This Is A Clear Sign That You Might Get To Read The Full Mueller Report After All

by Monica Hunter-Hart
Alex Wong/Getty Images News/Getty Images

In a rare show of bipartisan consensus, the House voted that Robert Mueller's report should go public after the special counsel finishes its investigation. The resolution passed nearly unanimously on Thursday, but it notably doesn't have the power to force the Justice Department to release the results of the probe.

"Whereas the allegations at the center of Special Counsel Mueller's investigation strike at the core of our democracy," the resolution reads, the House "calls for the public release of any report Special Counsel Mueller provides to the Attorney General, except to the extent the public disclosure of any portion thereof is expressly prohibited by law."

No member voted against the resolution. But four Republicans did opt to vote "present," which is a common tactic to avoid taking sides on a measure. Voting "present" lets legislators abstain while still going on record as having participated (the House needs a certain number of members present to conduct its business).

Thursday's resolution was introduced by Democrats who hope it will pressure Attorney General William P. Barr to release the report, according to The New York Times. During his January nomination process, Barr refused to definitively say whether or not he would share Mueller's results with either Congress or the public, instead saying that he would "provide as much transparency as I can consistent with the law." According to special counsel regulations, Mueller cannot give the report directly to Congress; he must go through the attorney general.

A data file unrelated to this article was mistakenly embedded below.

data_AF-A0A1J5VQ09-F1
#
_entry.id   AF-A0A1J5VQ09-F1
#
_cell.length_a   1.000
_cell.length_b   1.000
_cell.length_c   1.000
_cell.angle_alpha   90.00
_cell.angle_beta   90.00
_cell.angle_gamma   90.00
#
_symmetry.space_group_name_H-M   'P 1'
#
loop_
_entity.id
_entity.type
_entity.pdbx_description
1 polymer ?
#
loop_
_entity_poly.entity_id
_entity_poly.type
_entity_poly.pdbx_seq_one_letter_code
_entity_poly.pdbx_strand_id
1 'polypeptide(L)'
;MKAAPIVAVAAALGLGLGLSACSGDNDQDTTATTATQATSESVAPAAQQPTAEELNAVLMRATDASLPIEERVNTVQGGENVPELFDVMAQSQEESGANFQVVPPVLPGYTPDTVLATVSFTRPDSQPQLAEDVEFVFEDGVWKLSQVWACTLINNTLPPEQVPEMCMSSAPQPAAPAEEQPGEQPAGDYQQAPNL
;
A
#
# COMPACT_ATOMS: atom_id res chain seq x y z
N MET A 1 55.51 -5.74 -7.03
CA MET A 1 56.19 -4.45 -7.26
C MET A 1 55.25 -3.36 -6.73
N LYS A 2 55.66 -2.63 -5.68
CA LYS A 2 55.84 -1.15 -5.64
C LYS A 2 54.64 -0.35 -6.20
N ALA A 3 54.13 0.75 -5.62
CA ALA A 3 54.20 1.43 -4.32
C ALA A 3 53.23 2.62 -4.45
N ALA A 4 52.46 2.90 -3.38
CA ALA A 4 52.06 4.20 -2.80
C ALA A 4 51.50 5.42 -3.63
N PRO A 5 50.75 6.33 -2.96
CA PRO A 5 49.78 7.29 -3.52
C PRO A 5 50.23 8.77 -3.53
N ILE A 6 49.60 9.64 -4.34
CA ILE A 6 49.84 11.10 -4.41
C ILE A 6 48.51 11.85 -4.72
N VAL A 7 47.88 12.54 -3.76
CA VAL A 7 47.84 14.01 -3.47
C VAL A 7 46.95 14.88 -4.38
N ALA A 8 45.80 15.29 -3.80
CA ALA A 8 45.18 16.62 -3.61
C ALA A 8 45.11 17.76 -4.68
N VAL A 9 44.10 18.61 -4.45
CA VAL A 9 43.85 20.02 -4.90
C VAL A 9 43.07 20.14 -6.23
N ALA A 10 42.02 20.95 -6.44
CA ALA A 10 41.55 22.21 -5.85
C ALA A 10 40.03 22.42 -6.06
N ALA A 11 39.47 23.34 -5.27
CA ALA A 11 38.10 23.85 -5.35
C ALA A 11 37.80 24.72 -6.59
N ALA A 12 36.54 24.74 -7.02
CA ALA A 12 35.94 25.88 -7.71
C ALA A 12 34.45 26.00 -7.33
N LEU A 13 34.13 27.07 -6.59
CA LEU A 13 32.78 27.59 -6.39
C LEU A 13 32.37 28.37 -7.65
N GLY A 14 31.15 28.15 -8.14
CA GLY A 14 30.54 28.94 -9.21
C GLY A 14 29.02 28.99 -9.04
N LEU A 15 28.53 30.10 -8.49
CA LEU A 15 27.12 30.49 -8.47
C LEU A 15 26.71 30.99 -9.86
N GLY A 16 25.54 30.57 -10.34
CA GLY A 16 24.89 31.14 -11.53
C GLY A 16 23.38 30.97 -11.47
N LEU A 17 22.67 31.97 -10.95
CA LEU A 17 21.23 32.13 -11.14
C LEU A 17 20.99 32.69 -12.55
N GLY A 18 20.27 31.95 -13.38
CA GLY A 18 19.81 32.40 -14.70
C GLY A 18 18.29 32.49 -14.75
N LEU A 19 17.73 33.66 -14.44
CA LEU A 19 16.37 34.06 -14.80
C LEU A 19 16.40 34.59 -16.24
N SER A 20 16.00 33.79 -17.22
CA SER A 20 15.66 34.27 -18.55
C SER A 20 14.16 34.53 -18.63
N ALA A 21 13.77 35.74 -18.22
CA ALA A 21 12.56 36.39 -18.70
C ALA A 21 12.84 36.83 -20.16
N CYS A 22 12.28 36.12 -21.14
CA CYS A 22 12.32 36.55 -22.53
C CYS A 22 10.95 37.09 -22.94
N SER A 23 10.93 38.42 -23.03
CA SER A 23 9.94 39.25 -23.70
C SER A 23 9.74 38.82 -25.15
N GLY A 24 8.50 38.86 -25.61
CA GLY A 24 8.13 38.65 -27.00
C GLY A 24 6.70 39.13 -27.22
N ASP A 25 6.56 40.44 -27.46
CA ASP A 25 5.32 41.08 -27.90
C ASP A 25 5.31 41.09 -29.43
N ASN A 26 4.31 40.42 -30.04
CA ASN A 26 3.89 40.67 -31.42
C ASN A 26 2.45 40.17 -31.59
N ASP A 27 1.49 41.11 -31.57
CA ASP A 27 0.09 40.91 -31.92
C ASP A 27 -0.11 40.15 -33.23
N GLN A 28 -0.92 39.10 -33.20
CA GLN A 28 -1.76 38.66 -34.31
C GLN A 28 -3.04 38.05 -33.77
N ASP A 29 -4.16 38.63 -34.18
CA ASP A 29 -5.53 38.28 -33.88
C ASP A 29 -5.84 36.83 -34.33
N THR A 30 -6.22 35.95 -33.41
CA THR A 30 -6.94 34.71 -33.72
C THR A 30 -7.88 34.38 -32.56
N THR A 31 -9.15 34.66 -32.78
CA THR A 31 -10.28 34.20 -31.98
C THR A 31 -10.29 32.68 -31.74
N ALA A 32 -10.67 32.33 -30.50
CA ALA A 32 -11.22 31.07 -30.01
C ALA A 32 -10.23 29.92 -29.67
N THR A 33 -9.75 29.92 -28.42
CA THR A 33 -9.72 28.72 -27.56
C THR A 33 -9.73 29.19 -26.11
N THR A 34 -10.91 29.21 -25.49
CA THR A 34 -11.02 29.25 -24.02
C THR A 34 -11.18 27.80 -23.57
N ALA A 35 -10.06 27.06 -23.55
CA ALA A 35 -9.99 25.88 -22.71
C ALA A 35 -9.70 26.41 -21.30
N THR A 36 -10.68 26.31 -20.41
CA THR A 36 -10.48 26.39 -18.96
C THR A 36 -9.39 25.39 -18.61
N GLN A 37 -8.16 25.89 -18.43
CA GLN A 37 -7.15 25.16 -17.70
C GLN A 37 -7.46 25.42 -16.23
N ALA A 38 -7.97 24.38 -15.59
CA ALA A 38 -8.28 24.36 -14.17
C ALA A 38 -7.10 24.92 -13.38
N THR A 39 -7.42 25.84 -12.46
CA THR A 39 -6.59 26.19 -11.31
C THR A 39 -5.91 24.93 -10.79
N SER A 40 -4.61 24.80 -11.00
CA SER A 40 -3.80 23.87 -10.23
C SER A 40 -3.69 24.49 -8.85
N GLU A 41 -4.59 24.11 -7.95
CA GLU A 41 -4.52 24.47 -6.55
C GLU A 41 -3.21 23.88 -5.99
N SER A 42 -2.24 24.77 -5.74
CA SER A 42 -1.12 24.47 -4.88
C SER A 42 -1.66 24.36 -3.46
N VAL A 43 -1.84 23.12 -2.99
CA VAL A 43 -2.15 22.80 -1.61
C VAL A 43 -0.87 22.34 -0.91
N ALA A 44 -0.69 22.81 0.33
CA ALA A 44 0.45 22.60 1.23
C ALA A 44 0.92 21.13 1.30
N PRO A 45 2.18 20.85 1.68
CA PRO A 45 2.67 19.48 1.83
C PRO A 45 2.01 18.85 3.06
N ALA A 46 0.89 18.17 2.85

President Donald Trump seems to want to keep the report private. He and his legal team are mounting an executive privilege defense to prevent some discussions he's had with senior advisers from being made public within the report, according to The Washington Post. Rudy Giuliani explicitly told the publication that he may argue for "executive privilege exceptions" to what can be released.

John Dowd, a former Trump lawyer, has said that he doesn't believe Mueller's results will be published. "I don't think there'll be a report," he told ABC News last month. "I will be shocked if anything regarding the president is made public, other than, 'We're done.'"

But the House apparently wants to go on record in support of sharing the entire report with the public. "The American people deserve to know the truth about what, if anything, special counsel Mueller has uncovered, and now we should finally see this investigation come to a close," Rep. Steve Scalise (R-Louisiana) said in a Thursday statement. However, the Senate is unlikely to vote on a similar resolution, according to The New York Times.

Of course, the resolution is largely a symbolic vote. If Barr does decline to release part or all of Mueller's report, a measure simply "expressing the sense of Congress" — as this resolution begins — will not be enough to force his hand. However, the Democratic chair of the House Intelligence Committee, Adam Schiff, has said that his caucus would vote to subpoena the report under those circumstances. Schiff has also said he would be willing to bring Mueller to testify before Congress.